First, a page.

Monday, January 30, 2017

Be Attitudes

Homily by The Rev. Marcia McRae
St. Francis Episcopal Church, Goldsboro, NC; 4th Sunday after Epiphany, 29 Jan. 2017
RCL Year A: Micah 6:1-8; Psalm 15; 1 Corinthians 1:18-31; Matthew 5:1-12

Where do you see Jesus' focus in today's Gospel?
On behavior or on belief?1
Notice how behavior & belief intersect throughout our scriptures [including our Psalm], challenging human perspective, human wisdom in 3 distinct settings:
  • Jesus takes the disciples away from the crowd for mountain-top teaching early in their ministry together, building on God's perspective we hear in Micah.
  • Micah gives us a picture of a courtroom where God challenges us to “listen up”2, as one preacher says of today's reading. The 3 simple statements in Micah specify behaviors elaborated in 613 precepts given earlier in Hebrew scripture, as one rabbi notes.3
  • Like Micah, Paul discusses in his letter to the church in Corinth the differences between our perspectives & God's.
At issue among humans throughout the ages are our inconsistent stick-to-it-ness & less-than-clear perspectives.
Notice: Jesus says “Blessed are the people who are X, Y, Z” as he enumerates positive gifts they receive.
Another way to say “Blessed are” is “Happy are” [as I read at sermons4kids, & then researched where the Bible uses “happy”. Among these “happy” scriptures are Proverbs 16:20 & many Psalms: 1:1, 2:12, 32:1-2; 34:8; 40:4; 41:1-2; 84: 4-5, 12; & 89:15].

Happiness may seem illusive, especially when we seek it. We are like a puppy seeking happiness by chasing its tail,4 as I read at sermons4kids, which tells about a particular puppy:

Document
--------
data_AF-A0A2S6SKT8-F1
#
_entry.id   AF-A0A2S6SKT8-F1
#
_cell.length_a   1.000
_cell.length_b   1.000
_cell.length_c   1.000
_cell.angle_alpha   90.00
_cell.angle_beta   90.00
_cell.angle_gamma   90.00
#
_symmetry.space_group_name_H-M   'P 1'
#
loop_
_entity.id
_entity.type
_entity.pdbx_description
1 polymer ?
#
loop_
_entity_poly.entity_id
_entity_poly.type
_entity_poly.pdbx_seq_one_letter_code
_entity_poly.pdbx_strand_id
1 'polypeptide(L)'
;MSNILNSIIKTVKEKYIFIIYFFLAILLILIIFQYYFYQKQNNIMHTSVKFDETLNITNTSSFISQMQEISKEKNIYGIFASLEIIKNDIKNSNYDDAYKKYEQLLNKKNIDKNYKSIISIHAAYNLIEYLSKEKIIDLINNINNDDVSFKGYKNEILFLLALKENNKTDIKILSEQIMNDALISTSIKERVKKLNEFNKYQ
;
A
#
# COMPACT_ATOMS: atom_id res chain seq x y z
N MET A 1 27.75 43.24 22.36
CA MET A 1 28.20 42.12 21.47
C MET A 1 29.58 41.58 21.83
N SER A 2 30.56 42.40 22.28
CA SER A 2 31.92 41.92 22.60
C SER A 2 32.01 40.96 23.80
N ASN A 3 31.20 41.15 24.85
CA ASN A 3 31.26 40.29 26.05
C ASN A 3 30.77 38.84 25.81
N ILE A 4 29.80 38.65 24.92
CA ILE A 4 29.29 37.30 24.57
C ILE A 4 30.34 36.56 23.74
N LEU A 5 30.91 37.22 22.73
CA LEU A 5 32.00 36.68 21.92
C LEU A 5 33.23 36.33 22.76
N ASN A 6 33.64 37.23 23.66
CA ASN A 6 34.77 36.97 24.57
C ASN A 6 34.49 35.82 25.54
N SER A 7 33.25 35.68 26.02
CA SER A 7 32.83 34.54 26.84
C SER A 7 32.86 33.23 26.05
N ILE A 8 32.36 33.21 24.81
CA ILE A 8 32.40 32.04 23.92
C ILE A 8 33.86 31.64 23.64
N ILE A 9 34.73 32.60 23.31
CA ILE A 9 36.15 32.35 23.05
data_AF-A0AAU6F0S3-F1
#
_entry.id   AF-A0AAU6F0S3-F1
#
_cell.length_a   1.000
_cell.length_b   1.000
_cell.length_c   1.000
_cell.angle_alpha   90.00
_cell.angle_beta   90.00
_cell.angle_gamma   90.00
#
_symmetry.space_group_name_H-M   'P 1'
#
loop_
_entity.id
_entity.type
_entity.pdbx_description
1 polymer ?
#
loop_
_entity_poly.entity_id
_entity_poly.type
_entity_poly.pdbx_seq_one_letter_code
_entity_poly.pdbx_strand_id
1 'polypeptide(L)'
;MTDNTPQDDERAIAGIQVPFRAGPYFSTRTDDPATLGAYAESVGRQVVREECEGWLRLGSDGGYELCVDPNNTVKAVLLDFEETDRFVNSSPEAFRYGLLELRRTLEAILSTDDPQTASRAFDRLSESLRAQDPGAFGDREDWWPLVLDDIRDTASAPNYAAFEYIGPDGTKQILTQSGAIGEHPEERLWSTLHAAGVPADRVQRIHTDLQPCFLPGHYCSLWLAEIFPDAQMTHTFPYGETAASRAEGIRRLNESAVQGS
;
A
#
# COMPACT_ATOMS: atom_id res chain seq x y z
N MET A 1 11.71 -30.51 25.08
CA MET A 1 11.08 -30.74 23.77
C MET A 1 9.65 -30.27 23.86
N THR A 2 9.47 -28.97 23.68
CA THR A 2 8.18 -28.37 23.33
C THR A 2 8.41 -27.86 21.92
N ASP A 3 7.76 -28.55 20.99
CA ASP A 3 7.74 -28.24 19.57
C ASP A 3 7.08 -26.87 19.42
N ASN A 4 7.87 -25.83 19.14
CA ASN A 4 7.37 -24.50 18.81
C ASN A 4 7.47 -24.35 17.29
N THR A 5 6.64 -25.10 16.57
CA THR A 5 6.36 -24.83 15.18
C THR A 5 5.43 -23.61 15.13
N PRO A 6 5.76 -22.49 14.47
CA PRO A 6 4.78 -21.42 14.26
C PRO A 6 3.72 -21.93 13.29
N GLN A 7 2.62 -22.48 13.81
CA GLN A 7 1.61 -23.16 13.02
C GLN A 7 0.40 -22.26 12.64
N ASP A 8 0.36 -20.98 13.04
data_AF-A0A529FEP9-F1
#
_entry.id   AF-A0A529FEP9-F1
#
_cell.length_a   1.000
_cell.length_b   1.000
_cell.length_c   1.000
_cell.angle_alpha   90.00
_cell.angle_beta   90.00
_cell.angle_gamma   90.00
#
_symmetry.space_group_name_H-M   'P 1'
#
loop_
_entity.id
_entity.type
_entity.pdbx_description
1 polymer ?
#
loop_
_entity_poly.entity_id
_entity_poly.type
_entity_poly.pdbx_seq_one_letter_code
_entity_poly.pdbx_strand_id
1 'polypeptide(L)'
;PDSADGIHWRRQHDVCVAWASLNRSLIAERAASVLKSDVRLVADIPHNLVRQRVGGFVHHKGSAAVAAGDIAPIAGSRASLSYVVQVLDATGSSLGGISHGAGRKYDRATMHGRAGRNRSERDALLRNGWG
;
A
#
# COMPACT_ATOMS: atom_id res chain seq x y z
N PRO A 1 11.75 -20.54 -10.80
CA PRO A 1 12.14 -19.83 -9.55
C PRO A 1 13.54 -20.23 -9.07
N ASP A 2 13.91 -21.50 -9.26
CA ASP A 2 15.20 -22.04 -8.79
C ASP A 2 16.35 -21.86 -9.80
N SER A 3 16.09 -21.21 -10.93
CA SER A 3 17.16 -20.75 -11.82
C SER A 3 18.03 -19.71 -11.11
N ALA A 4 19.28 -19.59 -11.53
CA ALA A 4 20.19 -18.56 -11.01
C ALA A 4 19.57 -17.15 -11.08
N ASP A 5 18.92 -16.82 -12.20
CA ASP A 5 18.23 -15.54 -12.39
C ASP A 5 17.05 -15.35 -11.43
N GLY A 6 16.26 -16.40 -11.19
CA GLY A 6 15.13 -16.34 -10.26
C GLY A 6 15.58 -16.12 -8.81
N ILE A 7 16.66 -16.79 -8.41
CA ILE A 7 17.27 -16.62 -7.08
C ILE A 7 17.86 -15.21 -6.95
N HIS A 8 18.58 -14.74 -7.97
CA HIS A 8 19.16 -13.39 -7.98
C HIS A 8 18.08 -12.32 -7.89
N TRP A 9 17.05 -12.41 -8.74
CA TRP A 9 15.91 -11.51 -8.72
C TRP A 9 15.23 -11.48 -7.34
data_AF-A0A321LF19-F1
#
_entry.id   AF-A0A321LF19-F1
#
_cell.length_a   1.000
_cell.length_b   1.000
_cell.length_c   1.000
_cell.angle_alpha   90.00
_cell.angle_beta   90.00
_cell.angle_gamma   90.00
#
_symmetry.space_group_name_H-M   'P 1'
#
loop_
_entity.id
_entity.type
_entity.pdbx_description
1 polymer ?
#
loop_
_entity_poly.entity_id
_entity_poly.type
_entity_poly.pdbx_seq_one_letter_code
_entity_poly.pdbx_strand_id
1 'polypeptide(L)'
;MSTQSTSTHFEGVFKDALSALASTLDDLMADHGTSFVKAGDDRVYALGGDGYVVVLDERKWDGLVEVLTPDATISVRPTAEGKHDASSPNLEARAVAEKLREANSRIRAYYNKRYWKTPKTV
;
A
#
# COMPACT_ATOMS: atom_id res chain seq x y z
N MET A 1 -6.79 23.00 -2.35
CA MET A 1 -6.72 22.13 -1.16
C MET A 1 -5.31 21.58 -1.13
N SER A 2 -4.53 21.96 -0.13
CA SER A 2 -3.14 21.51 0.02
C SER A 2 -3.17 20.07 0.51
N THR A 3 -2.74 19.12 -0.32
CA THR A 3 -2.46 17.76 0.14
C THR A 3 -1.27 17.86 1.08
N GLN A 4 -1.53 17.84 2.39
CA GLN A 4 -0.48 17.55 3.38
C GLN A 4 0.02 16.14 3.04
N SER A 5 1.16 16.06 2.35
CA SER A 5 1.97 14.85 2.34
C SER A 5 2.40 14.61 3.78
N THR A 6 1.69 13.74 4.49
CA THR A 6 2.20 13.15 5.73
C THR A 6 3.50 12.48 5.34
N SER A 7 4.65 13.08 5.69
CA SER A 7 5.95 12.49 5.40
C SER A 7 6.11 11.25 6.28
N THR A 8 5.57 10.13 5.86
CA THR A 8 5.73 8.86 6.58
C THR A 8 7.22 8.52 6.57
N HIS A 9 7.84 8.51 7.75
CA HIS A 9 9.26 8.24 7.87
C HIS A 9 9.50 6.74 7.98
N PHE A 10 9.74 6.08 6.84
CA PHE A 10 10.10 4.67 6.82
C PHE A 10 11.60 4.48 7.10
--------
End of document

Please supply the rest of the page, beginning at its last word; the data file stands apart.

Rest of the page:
The puppy wags its tail when it's happy & thinks the secret to happiness is in chasing his tail, thinking that surely when he catches it, he will have happiness! He shares his discovery with an older dog, & the experienced dog agrees happiness is wonderful & it's in his tail. He says:
I notice when I chase it, my tail keeps running away
from me.
When I go about my business, it follows me wherever I go."

Happiness, the blessedness Jesus tells us about today, can be part of us. It comes from our attitude.

In school what was your attitude toward grades? Would you rather earn Cs & Ds or Bs & As? [At both worship services the congregation agreed they prefer/preferred Bs & As.]

Jesus teaches us the value of Bs & As: Our Be Attitudes. Be Attitudes challenge us to Be disciples with Attitudes reflecting God's Love & our trust in God's Love, which we know through Jesus' dying for us & rising again.
Through the power & guidance of the Holy Spirit we can reflect God's Love in our actions & attitudes.

How well do we know the Beatitudes? WITHOUT looking at the scriptures on our bulletin inserts, please match up the phrase you hold with its correct other phrase. [We have 16 pieces of paper to match the 1st 8 Beatitudes.]
Parishioners met this challenge working
together with joy & perseverance.
Yes, I have to have a written reference to be sure since I don't know them by heart! I plan to memorize them this week!
Readers: I invite you to match the phrases!
  1. Blessed are the poor in spirit,___
  2. Blessed are those who mourn,__
  3. Blessed are the meek, ________
  4. Blessed are those who hunger & thirst for righteousness,______
  5. Blessed are the merciful, _____
  6. Blessed are the pure in heart, __
  7. Blessed are the peacemakers, __
  8. Blessed are those who are persecuted for righteousness’ sake, ______